This application allows you to set constraints on a process. It uses a job object for this purpose.
Procgov requires .NET 4.6.2 to run and you may download the latest version binaries from the release page (REMEMBER to always use procgov with the same bitness as your application).
The available options are:
Usage: procgov [OPTIONS] args Options: -m, --maxmem=VALUE Max committed memory usage in bytes (accepted suffixes: K, M or G). --maxws=VALUE Max working set size in bytes (accepted suffixes: K, M, or G). Must be set with minws. --minws=VALUE Min working set size in bytes (accepted suffixes: K, M, or G). Must be set with maxws. --env=VALUE A text file with environment variables (each line in form: VAR=VAL). Applies only to newly created processes. -n, --node=VALUE The preferred NUMA node for the process. -c, --cpu=VALUE If in hex (starts with 0x) it is treated as an affinity mask, otherwise it is a number of CPU cores assigned to your app. If you also provide the NUMA node, this setting will apply only to this node. -e, --cpurate=VALUE The maximum CPU rate in % for the process. If you also set the affinity, the rate will apply only to the selected CPU cores. (Windows 8.1+) --bandwidth=VALUE The maximum bandwidth (in bytes) for the process outgoing network traffic (accepted suffixes: K, M, or G). (Windows 10+) -r, --recursive Apply limits to child processes too (will wait for all processes to finish). --newconsole Start the process in a new console window. --nogui Hide Process Governor console window (set always when installed as debugger). -p, --pid=VALUE Attach to an already running process --install Install procgov as a debugger for a specific process using Image File Executions. DO NOT USE this option if the process you want to control starts child instances of itself (for example, Chrome). -t, --timeout=VALUE Kill the process (with -r, also all its children) if it does not finish within the specified time. Add suffix to define the time unit. Valid suffixes are: ms, s, m, h. --process-utime=VALUE Kill the process (with -r, also applies to its children) if it exceeds the given user-mode execution time. Add suffix to define the time unit. Valid suffixes are: ms, s, m, h. --job-utime=VALUE Kill the process (with -r, also all its children) if the total user-mode execution time exceed the specified value. Add suffix to define the time unit. Valid suffixes are: ms, s, m, h. --uninstall Uninstall procgov for a specific process. --debugger Internal - do not use. -q, --quiet Do not show procgov messages. -v, --verbose Show verbose messages in the console. -h, --help Show this message and exit -? Show this message and exit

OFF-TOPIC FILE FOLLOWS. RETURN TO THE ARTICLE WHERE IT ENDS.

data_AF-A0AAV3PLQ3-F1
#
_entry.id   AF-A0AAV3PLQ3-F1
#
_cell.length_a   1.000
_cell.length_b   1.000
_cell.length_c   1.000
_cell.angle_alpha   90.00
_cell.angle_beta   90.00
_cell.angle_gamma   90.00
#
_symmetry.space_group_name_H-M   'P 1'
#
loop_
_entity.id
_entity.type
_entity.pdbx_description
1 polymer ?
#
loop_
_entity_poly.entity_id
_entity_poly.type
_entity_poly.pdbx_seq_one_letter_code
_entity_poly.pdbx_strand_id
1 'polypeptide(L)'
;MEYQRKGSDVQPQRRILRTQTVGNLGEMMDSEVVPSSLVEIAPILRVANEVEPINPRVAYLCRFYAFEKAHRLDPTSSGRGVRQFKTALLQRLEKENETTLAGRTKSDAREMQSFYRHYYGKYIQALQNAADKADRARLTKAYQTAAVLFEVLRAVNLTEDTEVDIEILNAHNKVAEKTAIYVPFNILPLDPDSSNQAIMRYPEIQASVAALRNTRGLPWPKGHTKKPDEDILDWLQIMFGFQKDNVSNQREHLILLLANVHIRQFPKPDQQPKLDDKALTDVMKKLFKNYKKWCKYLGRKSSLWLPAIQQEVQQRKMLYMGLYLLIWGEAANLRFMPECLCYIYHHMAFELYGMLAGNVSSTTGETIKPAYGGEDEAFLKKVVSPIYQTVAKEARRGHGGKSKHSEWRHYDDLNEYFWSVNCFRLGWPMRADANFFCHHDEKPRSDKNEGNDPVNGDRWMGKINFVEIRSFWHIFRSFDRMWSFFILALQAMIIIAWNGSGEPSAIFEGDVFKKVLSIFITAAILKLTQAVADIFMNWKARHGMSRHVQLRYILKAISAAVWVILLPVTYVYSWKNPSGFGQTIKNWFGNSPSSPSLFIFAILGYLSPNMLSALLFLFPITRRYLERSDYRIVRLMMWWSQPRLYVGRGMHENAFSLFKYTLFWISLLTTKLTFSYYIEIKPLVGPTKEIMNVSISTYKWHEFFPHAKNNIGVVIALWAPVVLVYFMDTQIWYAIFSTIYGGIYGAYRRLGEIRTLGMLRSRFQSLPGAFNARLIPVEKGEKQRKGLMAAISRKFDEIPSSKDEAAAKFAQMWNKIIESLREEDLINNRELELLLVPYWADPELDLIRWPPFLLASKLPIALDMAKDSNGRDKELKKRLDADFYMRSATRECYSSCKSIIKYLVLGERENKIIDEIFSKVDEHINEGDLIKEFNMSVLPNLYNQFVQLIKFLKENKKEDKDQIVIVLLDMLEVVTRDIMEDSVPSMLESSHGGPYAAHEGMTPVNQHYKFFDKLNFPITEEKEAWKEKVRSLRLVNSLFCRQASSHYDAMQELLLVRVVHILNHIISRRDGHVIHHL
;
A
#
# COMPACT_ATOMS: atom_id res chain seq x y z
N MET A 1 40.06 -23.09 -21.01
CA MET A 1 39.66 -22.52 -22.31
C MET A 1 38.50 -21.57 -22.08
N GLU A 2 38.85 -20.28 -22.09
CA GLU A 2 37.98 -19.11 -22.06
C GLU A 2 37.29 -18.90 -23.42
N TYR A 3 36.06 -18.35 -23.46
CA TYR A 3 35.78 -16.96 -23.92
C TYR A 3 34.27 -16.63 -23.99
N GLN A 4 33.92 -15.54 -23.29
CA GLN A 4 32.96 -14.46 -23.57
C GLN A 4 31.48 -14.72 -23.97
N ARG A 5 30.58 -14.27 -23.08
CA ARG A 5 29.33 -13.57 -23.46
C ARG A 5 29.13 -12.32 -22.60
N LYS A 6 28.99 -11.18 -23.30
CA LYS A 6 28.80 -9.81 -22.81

You may set limits on a newly created process or on an already running one. To attach to a process use the -p|--pid switch, eg.
procgov --maxmem 40M --pid 1234. To start a new process with the limits applied, just pass the process image path and its arguments as procgov arguments, eg.
procgov --maxmem 40M c:\temp\test.exe arg1 arg2".
Starting from version 2.8, it is possible to update once set the limits. Simply run procgov providing new limits and the target process ID. Procgov will update only the specified limits. Let's have a look at an example to understand this behavior better:
PS> procgov64 -m 100M -c 2 notepad.exe # notepad PID: 1234 # # applied limits: # - CPU affinity: 2 cores # - max committed memory: 100MB # # <stop procgov with Ctrl+C> PS> procgov64 -m 120M -p 1234 # On rerun, procgov will update the memory limit, but it won't modify the CPU affinity # # applied limits: # - CPU affinity: 2 cores # - max committed memory: 120MB